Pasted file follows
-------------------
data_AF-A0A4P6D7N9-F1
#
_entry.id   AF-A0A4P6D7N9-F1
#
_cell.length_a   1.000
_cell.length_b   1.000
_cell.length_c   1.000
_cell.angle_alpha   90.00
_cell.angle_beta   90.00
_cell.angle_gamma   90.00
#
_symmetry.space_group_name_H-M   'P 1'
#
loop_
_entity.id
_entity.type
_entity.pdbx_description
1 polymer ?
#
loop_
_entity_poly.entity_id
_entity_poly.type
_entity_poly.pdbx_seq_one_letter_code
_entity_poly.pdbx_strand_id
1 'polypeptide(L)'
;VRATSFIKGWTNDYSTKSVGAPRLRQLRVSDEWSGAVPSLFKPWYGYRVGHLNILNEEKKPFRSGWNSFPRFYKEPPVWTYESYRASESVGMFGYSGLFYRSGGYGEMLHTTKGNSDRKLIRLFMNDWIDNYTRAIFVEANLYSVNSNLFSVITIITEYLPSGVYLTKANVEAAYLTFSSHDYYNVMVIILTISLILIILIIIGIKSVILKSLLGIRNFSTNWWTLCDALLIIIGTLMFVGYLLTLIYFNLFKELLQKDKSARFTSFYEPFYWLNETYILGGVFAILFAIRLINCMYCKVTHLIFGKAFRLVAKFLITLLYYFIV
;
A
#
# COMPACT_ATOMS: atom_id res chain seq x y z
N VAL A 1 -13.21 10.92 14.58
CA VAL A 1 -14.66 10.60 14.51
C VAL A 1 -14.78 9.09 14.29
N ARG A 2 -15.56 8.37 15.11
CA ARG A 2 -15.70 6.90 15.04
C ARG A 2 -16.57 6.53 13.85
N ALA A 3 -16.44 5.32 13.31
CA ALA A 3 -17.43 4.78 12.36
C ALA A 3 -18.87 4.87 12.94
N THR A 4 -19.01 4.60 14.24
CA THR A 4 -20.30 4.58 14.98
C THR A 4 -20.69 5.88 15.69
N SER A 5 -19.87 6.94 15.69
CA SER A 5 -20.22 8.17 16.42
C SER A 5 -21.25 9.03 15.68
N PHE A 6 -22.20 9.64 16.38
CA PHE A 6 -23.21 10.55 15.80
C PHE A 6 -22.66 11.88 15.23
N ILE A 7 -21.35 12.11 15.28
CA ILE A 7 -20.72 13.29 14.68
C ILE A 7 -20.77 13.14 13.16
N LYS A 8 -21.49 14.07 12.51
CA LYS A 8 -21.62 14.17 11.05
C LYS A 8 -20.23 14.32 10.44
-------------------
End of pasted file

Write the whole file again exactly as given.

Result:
data_AF-A0A4P6D7N9-F1
#
_entry.id   AF-A0A4P6D7N9-F1
#
_cell.length_a   1.000
_cell.length_b   1.000
_cell.length_c   1.000
_cell.angle_alpha   90.00
_cell.angle_beta   90.00
_cell.angle_gamma   90.00
#
_symmetry.space_group_name_H-M   'P 1'
#
loop_
_entity.id
_entity.type
_entity.pdbx_description
1 polymer ?
#
loop_
_entity_poly.entity_id
_entity_poly.type
_entity_poly.pdbx_seq_one_letter_code
_entity_poly.pdbx_strand_id
1 'polypeptide(L)'
;VRATSFIKGWTNDYSTKSVGAPRLRQLRVSDEWSGAVPSLFKPWYGYRVGHLNILNEEKKPFRSGWNSFPRFYKEPPVWTYESYRASESVGMFGYSGLFYRSGGYGEMLHTTKGNSDRKLIRLFMNDWIDNYTRAIFVEANLYSVNSNLFSVITIITEYLPSGVYLTKANVEAAYLTFSSHDYYNVMVIILTISLILIILIIIGIKSVILKSLLGIRNFSTNWWTLCDALLIIIGTLMFVGYLLTLIYFNLFKELLQKDKSARFTSFYEPFYWLNETYILGGVFAILFAIRLINCMYCKVTHLIFGKAFRLVAKFLITLLYYFIV
;
A
#
# COMPACT_ATOMS: atom_id res chain seq x y z
N VAL A 1 -13.21 10.92 14.58
CA VAL A 1 -14.66 10.60 14.51
C VAL A 1 -14.78 9.09 14.29
N ARG A 2 -15.56 8.37 15.11
CA ARG A 2 -15.70 6.90 15.04
C ARG A 2 -16.57 6.53 13.85
N ALA A 3 -16.44 5.32 13.31
CA ALA A 3 -17.43 4.78 12.36
C ALA A 3 -18.87 4.87 12.94
N THR A 4 -19.01 4.60 14.24
CA THR A 4 -20.30 4.58 14.98
C THR A 4 -20.69 5.88 15.69
N SER A 5 -19.87 6.94 15.69
CA SER A 5 -20.22 8.17 16.42
C SER A 5 -21.25 9.03 15.68
N PHE A 6 -22.20 9.64 16.38
CA PHE A 6 -23.21 10.55 15.80
C PHE A 6 -22.66 11.88 15.23
N ILE A 7 -21.35 12.11 15.28
CA ILE A 7 -20.72 13.29 14.68
C ILE A 7 -20.77 13.14 13.16
N LYS A 8 -21.49 14.07 12.51
CA LYS A 8 -21.62 14.17 11.05
C LYS A 8 -20.23 14.32 10.44